Friday, 14 December 2018

Peace On Earth 1918 - An Archive Advent Calendar #14

Although the armistice had been signed and hostilities were officially over, Orcadians would experience an even closer proximity to their former enemies at the end of 1918.

The terms of the Armistice demanded that 74 German battleships be interned in a neutral port. After failing to find a neutral country interested in this job, the allies settled for Scapa Flow. In late November, the British Grand Fleet left the Flow and gradually, the 74 German ships were led in to be interned until their scuttling in June 1919.

After the ships had arrived, many of their crew members were repatriated to Germany yet, by the end of the year, 5000 men still remained. The German ships, unlike their British counterparts, were not designed to be lived on for extended periods. The living quarters were grim, food very poor and mail and German newspapers arrived late and heavily censored. The crews were miserable.

In December 1918, The Daily Mail carried a large feature on the fleet which described 'ragged, dirty crews fishing from the side and through portholes... the main impression from the collection of German soldiers who fished was, first, their variegated, ragged and dirty clothing and, secondly, their extremely youthful appearance.'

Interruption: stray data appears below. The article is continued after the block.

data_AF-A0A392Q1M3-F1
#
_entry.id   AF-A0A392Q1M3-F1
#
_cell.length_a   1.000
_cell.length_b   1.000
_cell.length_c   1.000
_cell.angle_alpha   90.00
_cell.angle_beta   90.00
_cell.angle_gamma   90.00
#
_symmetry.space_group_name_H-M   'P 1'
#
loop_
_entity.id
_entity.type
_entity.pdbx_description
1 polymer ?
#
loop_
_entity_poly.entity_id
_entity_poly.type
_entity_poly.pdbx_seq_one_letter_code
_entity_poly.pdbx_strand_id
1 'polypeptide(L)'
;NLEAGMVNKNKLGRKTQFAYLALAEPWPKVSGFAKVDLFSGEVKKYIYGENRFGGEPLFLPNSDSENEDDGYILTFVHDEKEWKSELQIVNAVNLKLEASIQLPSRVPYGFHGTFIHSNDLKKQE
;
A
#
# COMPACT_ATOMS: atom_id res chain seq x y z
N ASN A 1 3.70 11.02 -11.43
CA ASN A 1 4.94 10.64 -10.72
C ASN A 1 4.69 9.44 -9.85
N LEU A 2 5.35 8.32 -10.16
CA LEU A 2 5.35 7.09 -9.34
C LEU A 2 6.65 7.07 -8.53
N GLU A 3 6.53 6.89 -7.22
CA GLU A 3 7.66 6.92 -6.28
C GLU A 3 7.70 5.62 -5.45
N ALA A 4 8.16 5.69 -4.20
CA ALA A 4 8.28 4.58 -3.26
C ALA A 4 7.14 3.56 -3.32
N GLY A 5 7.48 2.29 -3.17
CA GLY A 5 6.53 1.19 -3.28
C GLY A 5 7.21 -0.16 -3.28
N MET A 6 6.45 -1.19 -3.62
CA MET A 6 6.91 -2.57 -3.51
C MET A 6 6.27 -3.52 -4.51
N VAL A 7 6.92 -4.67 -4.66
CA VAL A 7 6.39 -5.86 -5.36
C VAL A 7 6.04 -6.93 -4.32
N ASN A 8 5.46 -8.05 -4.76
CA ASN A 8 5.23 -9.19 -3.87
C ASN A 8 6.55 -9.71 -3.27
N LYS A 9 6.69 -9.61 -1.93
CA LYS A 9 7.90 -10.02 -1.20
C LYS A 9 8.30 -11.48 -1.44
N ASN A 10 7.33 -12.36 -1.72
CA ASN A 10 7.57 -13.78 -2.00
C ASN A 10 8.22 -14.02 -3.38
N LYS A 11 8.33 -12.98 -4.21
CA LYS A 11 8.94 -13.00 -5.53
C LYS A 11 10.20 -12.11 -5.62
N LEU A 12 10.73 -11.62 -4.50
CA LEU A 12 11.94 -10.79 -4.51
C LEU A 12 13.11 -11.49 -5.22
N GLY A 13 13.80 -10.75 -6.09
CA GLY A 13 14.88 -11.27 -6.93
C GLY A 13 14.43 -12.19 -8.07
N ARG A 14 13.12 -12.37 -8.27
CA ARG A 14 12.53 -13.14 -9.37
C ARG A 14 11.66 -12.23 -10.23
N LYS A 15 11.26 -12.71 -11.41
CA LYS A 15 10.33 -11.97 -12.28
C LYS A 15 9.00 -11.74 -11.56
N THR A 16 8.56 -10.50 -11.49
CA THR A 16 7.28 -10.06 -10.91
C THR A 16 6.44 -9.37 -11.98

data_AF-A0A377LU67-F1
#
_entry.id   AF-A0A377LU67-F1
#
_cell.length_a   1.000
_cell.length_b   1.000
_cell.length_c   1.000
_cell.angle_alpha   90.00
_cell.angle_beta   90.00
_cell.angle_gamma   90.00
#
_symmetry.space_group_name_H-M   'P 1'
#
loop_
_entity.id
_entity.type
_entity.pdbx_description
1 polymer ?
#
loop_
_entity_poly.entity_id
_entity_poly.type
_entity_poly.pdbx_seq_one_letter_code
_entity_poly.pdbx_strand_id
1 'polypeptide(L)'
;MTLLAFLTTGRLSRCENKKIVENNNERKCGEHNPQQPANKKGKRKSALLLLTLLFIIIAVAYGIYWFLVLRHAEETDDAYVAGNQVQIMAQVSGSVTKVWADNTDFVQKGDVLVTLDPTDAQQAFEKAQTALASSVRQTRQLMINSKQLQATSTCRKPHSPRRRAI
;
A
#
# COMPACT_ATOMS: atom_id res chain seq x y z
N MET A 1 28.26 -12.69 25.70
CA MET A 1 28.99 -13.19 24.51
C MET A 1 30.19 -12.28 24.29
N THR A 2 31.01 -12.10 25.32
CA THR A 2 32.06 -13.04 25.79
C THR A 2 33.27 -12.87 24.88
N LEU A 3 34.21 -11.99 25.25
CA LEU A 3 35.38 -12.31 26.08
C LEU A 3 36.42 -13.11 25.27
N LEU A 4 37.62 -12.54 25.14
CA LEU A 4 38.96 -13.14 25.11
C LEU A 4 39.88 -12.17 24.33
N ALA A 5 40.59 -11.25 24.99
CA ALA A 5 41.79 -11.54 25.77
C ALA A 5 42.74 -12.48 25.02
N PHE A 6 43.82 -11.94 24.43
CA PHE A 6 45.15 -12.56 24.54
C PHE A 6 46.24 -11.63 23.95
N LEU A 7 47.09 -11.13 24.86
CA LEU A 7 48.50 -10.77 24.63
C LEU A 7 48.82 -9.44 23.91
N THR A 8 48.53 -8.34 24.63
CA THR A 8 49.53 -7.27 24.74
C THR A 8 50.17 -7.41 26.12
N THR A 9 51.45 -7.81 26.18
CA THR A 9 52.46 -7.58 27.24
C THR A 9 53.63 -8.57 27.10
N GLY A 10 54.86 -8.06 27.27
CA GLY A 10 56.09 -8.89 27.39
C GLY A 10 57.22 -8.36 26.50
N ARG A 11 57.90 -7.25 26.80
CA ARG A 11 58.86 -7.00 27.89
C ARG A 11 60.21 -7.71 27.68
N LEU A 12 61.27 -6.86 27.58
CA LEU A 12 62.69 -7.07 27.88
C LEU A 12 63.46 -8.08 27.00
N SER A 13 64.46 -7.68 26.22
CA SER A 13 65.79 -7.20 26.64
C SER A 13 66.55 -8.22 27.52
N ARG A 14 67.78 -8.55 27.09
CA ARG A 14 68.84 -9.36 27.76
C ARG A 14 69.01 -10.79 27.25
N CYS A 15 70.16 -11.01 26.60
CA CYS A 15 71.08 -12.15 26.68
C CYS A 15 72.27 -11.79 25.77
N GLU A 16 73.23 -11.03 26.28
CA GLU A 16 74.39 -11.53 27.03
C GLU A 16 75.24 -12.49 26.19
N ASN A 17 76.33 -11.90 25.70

The crew had begun to ignore their superiors and were amazed to see their British equivalents still parading on board their ships, One remarked in his diary 'We did not do that in time of peace,'
SMS Frederick Der Grosse - first ship to be scuttled in June 1919. Raised in 1937 and broken up for scrap on site.

SMS Dresden - one of the successfully scuttled ships, she remains unsalvaged.

SMS Kaiser - scuttled and raised between 1929 - 1937 to be broken up at Rosyth.

SMS Karlsruhe - scuttled and still remains on her starboard side in the water. Postcards from this ship were rescued in 2003, underwent conservation and are now in the Orkney Archive collection.

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